Author, illustrator and songwriter Barney Saltzberg appears at Theatricum Botanicum on the heels of a tour of China and Russia.
by Michael Berick
Barney Saltzberg is a quadruple threat of creativity – an author, illustrator, songwriter and performer. The native Angeleno has written nearly 40 children’s books and recorded four CDs, including Crazy Hair Day, which features guest appearances from Jackson Browne, Peter Himmelman and Dustin Hoffman. Besides making appearances across America (he’ll be performing at Theatricum Botanicum Aug. 18), he has traveled to China and Russia as part of a State Department cultural exchange program. I asked him about performing for children at home and abroad.
What type of reaction did you receive from children in China and Russia?
The children were fantastic, open and thrilled to meet someone from the United States. I think they were surprised to find an adult who was as playful. (I find that happens sometimes in the USA as well!)
Did you find a lot of differences between children here and those overseas?
Children are children, wherever they are. The striking difference was, while speaking in China, I would turn all the letters of someone’s name into faces and ask for a volunteer to make up a story, using some of the characters I created. In 14 days, no one was comfortable volunteering for that. Everyone was fine volunteering to write their name, but to improvise and think outside of the box in this instance was so unfamiliar to them.
What do you feel is the importance of these types of cultural exchanges?
I spoke to a group of women in China who were at the University, studying to become teachers. They talked to me about taking a test at either 14 or 16, which pretty much determines their future. If they don’t do well, college is out of the question. I explained that I didn’t discover what I wanted to do until after college. This was a revelation to these women. Sharing experiences like that helps us to understand each other more. There are clearly cultural differences between countries and sending a representative to not only speak, but sing and draw and demonstrate other ways of thinking is only going to help bridge a divide. I did have a woman ask the translator to ask me if all the men in the United States were like me. She laughed and told her, “Not all of them!”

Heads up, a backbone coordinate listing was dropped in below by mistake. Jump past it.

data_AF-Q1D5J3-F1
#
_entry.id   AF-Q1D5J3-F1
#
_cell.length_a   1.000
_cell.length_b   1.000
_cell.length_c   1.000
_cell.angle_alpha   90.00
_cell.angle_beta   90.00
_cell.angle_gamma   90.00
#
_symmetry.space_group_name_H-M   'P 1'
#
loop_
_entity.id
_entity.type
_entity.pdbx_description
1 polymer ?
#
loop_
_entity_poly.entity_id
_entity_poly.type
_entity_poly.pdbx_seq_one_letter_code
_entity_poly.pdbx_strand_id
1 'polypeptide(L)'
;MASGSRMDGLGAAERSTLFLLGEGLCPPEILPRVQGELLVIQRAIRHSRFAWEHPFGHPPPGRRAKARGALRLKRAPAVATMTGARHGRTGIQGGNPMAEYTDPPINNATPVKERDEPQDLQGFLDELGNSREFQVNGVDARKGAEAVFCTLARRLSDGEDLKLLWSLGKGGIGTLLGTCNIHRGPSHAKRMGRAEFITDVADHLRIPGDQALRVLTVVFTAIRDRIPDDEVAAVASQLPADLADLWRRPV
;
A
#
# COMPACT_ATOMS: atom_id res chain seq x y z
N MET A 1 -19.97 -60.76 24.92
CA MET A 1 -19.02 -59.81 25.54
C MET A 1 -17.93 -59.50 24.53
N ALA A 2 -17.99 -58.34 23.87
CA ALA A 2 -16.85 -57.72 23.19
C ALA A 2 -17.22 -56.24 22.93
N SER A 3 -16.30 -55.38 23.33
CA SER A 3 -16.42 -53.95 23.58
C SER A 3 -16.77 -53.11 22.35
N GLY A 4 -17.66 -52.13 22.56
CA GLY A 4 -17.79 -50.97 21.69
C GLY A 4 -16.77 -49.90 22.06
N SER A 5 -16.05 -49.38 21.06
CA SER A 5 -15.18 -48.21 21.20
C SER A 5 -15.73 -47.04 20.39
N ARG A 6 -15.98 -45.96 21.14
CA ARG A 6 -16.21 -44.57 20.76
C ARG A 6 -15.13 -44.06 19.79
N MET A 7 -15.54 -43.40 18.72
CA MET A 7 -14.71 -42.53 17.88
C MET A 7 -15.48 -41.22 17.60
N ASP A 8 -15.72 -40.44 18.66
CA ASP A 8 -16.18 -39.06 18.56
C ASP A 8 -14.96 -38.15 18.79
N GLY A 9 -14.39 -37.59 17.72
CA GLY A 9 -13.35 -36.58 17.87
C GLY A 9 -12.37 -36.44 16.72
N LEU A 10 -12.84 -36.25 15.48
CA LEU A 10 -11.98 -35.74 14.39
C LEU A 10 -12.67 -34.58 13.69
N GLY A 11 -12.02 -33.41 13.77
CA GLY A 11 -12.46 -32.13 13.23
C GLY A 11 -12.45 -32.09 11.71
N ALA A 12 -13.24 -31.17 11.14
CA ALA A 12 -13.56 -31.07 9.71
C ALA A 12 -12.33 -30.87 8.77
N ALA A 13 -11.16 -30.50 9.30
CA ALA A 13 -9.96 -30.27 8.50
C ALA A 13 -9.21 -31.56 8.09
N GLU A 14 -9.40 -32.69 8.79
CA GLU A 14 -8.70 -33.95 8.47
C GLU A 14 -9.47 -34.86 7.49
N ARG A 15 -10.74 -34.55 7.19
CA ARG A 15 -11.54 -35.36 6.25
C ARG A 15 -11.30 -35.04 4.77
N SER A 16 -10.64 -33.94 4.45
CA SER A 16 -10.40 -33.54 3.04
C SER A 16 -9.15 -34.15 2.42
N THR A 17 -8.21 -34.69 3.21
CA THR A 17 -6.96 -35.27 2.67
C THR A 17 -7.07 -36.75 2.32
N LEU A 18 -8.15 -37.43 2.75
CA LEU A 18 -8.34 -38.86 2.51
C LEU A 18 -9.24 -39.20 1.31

Where do you get inspiration for your books and songs?
Every book and song comes from different places. Beautiful Oops came from showing a PowerPoint, which revealed how I turned some mistakes into art. A dog stepped on a painting and I turned the paw prints into clouds. I spilled coffee on a sketchbook and turned the stain into a face. Teachers asked if I could show how I do that in a book. Beautiful Oops never would have happened without their request. Another example of where ideas come from is a book I published called Crazy Hair Day. I saw a boy come to school on the wrong day, thinking it was Crazy Hair Day. I knew I had to make a story with a happier ending than the one I witnessed. Songs usually came from raising children: titles like “I’m Not Tired, I Don’t Want To Go To Bed” and “Where, Oh, Where’s My Underwear?” to name just two.
Do you have a specific creative process?
I have been working as an author and songwriter for so long now that my invisible antenna (as I tell children) is always up, looking and listening for inspiration. We are surrounded. We just have to be open. I do make it a point to make it in to my studio every day to sit down and work. I don’t walk around, waiting for inspiration. Sometimes it just hits me, but I have to work at this. Daily.
What is the most gratifying part of performing for children?
Having the opportunity to spend time with children is wonderful. Children are open, ready and eager to play. I find that interaction inspiring.